ESF History Cast in Stone
Marshall Hall addition features granite from the same quarry that sourced the building’s foundation
As ESF's Marshall Hall is refurbished to become a state-of-the-art learning center with spaces tailored to the needs of 21st-century students, the building's history has an opportunity to shine.
The new west entry, which will include an elevator and stairwell built into a small addition, will feature granite panels as a backdrop for 10-inch-high brushed, stainless steel letters that spell out the building's name. When the time came to choose the granite for the highly visible location, the College went back to the same source that supplied the granite used in construction 90 years ago.
Marshall Hall was built in the 1930s with traditional construction methods and materials that were commonly used at the time. Rex Giardine, assistant director for facilities planning, design and construction, said most of the exterior is red brick and Indiana limestone; the foundation is granite. With the renovation and addition underway, the College looked for granite that would match the original stone and found it at Deer Isle Granite, in Deer Isle, Maine, the same company that supplied the granite for the foundation. The company has supplied granite for famous monuments and buildings around the nation, including the Statue of Liberty and President John F. Kennedy's memorial at Arlington National Cemetery.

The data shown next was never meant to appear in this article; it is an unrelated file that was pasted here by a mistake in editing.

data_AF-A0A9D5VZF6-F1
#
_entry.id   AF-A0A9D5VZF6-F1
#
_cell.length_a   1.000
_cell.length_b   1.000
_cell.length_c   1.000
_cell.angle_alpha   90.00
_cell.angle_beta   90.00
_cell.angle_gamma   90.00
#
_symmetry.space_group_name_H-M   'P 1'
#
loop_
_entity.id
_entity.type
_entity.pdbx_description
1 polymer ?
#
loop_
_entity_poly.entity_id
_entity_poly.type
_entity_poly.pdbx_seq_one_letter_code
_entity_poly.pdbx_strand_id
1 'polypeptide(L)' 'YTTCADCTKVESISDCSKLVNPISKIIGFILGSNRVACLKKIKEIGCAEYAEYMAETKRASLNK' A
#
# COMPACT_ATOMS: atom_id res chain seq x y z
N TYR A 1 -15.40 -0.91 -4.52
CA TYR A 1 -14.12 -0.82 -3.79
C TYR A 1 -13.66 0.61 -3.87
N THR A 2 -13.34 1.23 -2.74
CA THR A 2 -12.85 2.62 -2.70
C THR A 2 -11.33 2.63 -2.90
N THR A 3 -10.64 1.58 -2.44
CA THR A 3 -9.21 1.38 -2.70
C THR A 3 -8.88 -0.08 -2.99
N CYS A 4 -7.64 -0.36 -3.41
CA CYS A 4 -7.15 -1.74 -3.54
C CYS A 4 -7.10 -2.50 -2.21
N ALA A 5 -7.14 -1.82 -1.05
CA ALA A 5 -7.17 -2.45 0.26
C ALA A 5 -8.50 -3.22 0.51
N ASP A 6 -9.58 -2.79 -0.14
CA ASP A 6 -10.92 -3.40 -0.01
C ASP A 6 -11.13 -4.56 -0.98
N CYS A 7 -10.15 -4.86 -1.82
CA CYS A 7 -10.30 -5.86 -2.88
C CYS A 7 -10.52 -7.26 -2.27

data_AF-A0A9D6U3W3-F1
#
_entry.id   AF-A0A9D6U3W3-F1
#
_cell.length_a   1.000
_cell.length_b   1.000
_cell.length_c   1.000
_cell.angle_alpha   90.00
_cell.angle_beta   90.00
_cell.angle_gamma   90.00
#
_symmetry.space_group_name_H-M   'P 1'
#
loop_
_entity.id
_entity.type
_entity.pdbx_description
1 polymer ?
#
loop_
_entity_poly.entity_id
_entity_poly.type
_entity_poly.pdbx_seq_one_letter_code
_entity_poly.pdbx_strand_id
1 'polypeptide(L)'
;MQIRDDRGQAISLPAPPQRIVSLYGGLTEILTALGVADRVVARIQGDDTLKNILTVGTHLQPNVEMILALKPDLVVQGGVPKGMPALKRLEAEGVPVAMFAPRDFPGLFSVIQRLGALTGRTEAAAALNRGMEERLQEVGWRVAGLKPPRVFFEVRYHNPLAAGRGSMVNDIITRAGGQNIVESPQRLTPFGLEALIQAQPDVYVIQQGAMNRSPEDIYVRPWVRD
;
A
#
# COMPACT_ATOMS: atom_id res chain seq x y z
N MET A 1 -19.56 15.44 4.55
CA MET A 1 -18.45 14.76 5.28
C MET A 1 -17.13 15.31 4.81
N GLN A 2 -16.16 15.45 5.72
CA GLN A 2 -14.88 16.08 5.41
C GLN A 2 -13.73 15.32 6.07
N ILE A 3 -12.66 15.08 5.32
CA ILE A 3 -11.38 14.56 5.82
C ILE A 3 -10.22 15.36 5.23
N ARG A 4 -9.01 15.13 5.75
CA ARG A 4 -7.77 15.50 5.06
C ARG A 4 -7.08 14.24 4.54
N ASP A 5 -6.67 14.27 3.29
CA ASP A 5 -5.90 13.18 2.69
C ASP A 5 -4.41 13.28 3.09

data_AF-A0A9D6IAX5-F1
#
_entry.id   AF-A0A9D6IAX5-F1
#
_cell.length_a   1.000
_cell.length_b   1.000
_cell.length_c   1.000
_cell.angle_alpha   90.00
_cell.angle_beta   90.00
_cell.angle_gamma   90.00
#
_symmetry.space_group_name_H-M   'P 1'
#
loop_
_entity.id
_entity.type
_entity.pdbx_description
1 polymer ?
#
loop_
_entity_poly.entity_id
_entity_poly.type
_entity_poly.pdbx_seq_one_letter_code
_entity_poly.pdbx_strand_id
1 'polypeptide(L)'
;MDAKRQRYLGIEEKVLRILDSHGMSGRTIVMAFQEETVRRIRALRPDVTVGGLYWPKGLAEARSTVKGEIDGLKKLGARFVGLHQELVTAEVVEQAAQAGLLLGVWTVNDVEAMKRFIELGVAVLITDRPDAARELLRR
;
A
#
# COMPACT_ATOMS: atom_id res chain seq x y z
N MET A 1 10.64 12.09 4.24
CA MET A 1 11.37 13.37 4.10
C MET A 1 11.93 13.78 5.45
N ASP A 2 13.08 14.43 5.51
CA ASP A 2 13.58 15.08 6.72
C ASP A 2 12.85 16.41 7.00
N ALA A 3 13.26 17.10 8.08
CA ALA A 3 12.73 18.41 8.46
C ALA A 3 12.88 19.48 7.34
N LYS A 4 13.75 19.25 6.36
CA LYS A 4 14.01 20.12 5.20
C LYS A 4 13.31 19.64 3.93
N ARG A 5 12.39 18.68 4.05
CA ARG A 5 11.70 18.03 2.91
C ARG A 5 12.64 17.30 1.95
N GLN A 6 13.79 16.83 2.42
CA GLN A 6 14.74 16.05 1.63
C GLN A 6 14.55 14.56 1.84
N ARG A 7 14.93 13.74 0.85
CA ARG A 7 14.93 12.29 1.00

"Deer Isle was quarrying and producing granite for some of the most prestigious municipal and public buildings in the early parts of the 20th century," Giardine said. "Their quarry is still open and producing great building stone. All these years later, that's where we found the granite that best matched the original stone used to construct Marshall Hall."
The granite is part of the College's effort to maintain many of Marshall's historic features. Every floor in the 93,000-square-foot building is undergoing renovation. Upon completion in 2023, the building will offer students state-of-the-art classrooms and studio space, as well as formal and informal places to gather, collaborate, and show off their work. Where possible, maple and terrazzo floors, and Indiana limestone, in addition to the Maine granite, are being refurbished or replaced with material from the same sources that supplied them when the building was originally constructed.
"It's a beautifully detailed building," Giardine said. "We are preserving all of that and honoring the history as much as possible."
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